David R. Henderson  

Pricing in Economics Textbooks

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On a list serve that I receive, Warren Gibson, an economics instructor at San Jose State University, recently wrote:

Rothbard's Man, Economy, and State discusses bargaining at length but I can't think of another text that does so. Rothbard starts with isolated individuals hashing out terms of a trade, and then moves to more liquid markets where supply and demand curves emerge (yes, he does use graphs).

Most texts that I know of get it backwards, skipping over bargaining entirely and going direct to perfect competition. Then, typically, they tell us that real markets' failure to live up to perfect competition justifies government intervention.

Even Boettke's The Economic Way of Thinking, which I like very much,
falls short. He introduces comparative advantage with an example about two home brewers who decide to specialize and trade. It merely states, "after some negotiation, they agree to try the following arrangement" without saying that the arrangement was just one of many possibilities that could have benefited both.

Warren's right. My favorite intro text is the aforementioned Heyne, Boettke, and Prychitko. But, as he says, even this one doesn't start from small numbers. I'm thinking that this fall, when I teach a principles course, I'll insert a short reading on this. I glanced over Rothbard's pp. 91-108. I'd like something shorter but as readable. Any ideas?

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COMMENTS (11 to date)
Felix writes:


In this old article Joel On Software alludes to the demand curve not necessarily sloping down as the price goes up.

Anyway, it's a good taste of the seller's side of bargaining.

Michael OBrien writes:

I think you're unlikely to do better than ME&S here. 18 pages actually seems quite accessible given the careful treatment Rothbard gives this subject. From personal experience, I remember ME&S as a breath of fresh air concerning bargaining, providing sufficient depth without unneeded complexity.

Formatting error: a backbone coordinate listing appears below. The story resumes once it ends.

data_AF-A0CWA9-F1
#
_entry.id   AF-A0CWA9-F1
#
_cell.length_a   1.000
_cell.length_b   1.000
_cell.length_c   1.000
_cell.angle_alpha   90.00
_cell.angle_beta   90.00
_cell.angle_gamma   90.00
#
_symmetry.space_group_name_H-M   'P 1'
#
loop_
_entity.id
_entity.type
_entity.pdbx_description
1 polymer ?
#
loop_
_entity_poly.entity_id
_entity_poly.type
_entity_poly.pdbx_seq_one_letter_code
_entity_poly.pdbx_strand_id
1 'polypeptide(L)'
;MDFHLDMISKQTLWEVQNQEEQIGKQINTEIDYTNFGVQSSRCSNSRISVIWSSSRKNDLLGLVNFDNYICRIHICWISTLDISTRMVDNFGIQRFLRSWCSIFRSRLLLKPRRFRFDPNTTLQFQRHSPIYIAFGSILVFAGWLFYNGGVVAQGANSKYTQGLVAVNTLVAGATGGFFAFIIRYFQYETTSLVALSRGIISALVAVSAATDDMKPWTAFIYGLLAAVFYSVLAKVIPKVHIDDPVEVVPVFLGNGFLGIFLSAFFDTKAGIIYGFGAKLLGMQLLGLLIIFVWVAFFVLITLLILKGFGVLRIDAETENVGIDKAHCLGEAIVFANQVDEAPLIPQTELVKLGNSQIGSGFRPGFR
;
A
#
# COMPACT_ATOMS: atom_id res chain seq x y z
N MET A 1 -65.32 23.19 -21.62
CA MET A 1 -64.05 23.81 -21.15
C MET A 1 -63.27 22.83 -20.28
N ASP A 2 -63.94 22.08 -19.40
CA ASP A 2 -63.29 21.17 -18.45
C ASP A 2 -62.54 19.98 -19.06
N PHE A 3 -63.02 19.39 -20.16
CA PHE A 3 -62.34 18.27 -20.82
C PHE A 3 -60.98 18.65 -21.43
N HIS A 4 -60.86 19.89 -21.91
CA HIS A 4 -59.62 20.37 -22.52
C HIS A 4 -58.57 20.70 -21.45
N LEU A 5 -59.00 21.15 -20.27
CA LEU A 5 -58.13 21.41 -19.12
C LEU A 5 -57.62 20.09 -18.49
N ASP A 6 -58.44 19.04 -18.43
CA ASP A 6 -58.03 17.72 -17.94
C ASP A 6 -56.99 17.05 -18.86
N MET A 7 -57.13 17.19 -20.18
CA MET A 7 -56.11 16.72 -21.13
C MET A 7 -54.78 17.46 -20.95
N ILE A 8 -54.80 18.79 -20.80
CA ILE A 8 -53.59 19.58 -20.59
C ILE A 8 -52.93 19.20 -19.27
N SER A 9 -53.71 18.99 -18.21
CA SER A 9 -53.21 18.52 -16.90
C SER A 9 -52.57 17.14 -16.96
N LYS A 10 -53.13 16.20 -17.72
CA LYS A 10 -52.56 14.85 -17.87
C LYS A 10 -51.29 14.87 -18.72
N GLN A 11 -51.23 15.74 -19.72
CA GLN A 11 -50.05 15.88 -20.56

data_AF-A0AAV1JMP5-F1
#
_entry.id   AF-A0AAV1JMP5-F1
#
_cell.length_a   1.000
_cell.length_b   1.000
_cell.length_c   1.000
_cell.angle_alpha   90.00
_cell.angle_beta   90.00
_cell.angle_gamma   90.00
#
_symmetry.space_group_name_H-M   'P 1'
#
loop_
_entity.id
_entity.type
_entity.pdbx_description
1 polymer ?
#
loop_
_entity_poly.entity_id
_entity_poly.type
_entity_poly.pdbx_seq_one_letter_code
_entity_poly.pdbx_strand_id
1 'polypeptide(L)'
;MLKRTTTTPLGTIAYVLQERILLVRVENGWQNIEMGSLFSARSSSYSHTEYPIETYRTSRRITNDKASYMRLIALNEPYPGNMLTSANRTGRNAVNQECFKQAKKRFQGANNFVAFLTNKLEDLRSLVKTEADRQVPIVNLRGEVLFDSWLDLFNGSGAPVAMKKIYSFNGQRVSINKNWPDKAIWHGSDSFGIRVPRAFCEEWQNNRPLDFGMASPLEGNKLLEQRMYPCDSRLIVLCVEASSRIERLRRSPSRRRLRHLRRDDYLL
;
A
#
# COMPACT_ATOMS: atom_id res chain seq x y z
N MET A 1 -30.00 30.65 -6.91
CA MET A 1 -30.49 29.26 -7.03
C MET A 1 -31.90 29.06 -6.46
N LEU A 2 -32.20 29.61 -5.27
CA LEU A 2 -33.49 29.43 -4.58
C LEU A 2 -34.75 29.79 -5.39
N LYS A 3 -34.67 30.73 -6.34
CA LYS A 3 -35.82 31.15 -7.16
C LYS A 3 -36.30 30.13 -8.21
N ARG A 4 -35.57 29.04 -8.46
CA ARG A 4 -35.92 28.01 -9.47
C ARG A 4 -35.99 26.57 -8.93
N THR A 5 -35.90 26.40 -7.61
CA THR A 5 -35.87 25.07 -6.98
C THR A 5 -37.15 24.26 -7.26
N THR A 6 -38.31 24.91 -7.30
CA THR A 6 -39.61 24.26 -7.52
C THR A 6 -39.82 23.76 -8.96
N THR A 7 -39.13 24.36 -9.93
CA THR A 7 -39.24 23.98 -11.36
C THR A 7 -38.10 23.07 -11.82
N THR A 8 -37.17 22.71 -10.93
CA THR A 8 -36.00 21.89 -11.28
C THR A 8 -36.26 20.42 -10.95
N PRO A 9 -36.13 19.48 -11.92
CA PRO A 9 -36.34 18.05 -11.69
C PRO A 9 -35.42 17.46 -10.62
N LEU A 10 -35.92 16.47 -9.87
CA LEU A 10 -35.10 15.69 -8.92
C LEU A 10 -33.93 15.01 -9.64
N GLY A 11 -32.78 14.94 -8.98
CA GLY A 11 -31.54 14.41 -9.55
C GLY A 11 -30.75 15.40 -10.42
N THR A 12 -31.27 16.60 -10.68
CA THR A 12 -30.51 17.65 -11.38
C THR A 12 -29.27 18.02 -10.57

Arnold Kling writes:

The Ricardian model of the gains from trade has a hidden problem in that the price at which trade takes place is indeterminate (or has to be assumed to the be pre-trade price in the larger country). The problem is constant returns to scale.

Switching to diminishing returns gets you a determinate price, but at the cost of a more difficult calculation. I did create an example for students here (see the heading "trade with diminishing returns"), but I doubt that it gets the point across to anyone who is new to economics--there is just too much information there.

I prefer to start out my economics courses with a rent-vs.-buy calculation. It does not demonstrate gains from trade, but it is something that makes sense, has obvious practical value, and helps introduced students to interest rates. It also helps suggest how prices might be determined in asset markets.

JP Koning writes:

Menger's Principles of Economics gets it done it 4 short and readable pages. 194-197.

JLA writes:

What about Osborne's chapter bargaining?

Rebecca Burlingame writes:

Prior to working as a bookseller I had several years experience in a large flea market, and learning the process of negotiating prices is quite a workout which can leave you awake at night. But what really stuck out in my mind was a former co-worker from an office, who thought the whole process of negotiating prices was beneath what civil people should be doing and expressed this to her child in no uncertain terms in front of me. One on one buying and selling is not distasteful, the fact that many people do so in informal markets is just one reason why the U.S. is far behind other countries in numbers of self-employment .

wintercow20 writes:

I've misplaced my old copy of Alchian's Exchange and Production - would he have a good write up in there? Being a UCLA grad I suspect you think the answer is no, since you didn't mention it already.

Chad Seagren writes:

You might go old school and try Carl Menger's "Principles of Economics." The last half of the chapter on the theory of exchange goes over a nice example of individuals trading horses and cows and exploiting gains from trade. (ppg 181-190)

azmyth writes:

Another option is to write out a list of your most important concepts and write a chapter yourself. Pedagogy is a very important skill for an economist to develop, especially since figuring out the most critical ideas to teach helps one organize their thinking.

TH writes:

David Friedman's textbook Price Theory has a rather basic 2 page introduction, Chapter 6 Part 2 Complications of two-person trade. Text is online at www.davidfriedman.com

Admiral writes:

Actually, Rothbard's discussion in "What Has Government Done to Our Money?" of moving from barter to currency is closely related to what you're looking for and might be useful.

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